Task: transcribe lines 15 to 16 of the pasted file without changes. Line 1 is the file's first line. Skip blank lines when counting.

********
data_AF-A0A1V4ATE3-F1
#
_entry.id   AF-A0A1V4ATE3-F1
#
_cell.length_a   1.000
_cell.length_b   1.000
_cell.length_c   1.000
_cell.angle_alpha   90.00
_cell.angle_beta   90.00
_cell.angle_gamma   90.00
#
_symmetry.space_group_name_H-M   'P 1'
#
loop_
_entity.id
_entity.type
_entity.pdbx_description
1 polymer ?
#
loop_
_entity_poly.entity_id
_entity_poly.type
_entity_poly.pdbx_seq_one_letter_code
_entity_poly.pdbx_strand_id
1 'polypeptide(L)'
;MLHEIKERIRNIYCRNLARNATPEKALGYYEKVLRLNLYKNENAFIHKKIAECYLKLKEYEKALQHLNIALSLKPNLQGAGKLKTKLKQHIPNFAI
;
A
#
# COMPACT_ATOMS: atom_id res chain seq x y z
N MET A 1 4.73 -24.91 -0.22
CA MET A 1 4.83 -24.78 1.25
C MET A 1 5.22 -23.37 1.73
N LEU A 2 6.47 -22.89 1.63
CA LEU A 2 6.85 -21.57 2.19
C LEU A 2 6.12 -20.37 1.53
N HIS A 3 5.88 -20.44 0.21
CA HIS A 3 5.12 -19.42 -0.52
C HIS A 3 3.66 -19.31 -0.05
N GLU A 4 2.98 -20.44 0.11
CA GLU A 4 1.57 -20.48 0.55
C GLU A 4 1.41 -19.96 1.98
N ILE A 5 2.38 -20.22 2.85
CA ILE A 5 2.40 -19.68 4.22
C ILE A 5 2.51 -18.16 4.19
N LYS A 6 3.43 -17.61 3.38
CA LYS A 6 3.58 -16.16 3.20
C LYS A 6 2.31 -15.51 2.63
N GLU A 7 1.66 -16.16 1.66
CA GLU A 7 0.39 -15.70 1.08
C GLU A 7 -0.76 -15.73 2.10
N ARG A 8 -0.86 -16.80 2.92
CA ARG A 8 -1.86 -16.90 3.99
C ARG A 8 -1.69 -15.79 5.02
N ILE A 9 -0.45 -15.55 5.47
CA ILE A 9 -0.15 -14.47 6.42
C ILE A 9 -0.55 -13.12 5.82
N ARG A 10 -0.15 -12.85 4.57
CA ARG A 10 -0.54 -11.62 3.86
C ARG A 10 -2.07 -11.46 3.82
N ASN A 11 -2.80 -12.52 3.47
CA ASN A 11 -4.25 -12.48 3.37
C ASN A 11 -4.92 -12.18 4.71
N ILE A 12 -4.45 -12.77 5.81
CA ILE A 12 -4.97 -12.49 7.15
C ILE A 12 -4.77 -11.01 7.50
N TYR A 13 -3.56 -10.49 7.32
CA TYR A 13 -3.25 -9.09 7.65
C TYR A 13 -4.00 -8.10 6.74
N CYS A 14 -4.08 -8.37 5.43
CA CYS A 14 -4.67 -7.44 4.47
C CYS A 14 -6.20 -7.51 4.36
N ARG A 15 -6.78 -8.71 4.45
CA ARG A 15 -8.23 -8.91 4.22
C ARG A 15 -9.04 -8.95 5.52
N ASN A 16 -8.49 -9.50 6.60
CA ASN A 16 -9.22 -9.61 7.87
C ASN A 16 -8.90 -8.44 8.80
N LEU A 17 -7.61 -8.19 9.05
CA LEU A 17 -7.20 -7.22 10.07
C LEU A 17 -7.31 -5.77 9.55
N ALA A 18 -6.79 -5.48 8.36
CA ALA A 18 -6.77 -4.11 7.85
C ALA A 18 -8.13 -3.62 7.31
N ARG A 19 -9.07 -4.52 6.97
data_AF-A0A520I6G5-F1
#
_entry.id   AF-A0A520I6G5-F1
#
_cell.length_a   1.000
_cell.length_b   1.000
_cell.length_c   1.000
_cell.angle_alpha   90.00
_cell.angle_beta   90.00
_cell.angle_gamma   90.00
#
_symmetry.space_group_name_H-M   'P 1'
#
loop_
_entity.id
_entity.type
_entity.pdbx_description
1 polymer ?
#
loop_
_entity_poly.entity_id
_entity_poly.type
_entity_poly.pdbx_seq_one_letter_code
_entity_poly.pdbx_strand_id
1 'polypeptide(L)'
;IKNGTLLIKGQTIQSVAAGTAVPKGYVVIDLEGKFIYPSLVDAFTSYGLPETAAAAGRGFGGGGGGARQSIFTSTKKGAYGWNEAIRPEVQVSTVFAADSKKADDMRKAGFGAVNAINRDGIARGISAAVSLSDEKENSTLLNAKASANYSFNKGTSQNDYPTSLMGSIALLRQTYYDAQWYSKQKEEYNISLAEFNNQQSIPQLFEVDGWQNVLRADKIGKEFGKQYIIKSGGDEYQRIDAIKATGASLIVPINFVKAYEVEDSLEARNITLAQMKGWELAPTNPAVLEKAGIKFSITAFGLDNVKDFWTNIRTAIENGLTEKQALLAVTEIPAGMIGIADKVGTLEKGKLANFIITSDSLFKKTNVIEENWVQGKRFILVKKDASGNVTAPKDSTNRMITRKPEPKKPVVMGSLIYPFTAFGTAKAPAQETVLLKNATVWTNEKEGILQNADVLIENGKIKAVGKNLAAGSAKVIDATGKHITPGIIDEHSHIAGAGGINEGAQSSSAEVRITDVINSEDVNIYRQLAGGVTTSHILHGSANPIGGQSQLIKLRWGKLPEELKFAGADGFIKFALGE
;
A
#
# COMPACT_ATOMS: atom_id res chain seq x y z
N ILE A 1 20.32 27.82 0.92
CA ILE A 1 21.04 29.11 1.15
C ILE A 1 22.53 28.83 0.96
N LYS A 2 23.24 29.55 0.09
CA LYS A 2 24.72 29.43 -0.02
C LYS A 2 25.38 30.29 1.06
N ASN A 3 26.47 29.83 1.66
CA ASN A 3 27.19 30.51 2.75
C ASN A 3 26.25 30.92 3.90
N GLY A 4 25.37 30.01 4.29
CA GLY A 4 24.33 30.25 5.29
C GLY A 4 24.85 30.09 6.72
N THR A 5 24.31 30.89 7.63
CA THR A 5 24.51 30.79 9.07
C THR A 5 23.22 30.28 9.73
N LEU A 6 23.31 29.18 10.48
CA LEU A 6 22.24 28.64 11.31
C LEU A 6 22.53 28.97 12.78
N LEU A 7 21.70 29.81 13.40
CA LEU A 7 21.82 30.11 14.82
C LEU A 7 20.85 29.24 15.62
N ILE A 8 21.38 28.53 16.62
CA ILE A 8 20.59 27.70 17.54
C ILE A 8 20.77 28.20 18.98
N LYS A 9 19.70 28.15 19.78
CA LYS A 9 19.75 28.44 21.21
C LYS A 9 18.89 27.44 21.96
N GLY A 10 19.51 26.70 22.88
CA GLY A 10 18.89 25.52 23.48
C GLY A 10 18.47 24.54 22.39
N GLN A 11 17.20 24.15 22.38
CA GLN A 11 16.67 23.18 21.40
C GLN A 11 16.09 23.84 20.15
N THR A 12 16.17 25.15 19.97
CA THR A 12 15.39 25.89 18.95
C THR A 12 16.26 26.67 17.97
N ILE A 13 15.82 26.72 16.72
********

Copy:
_entity.id
_entity.type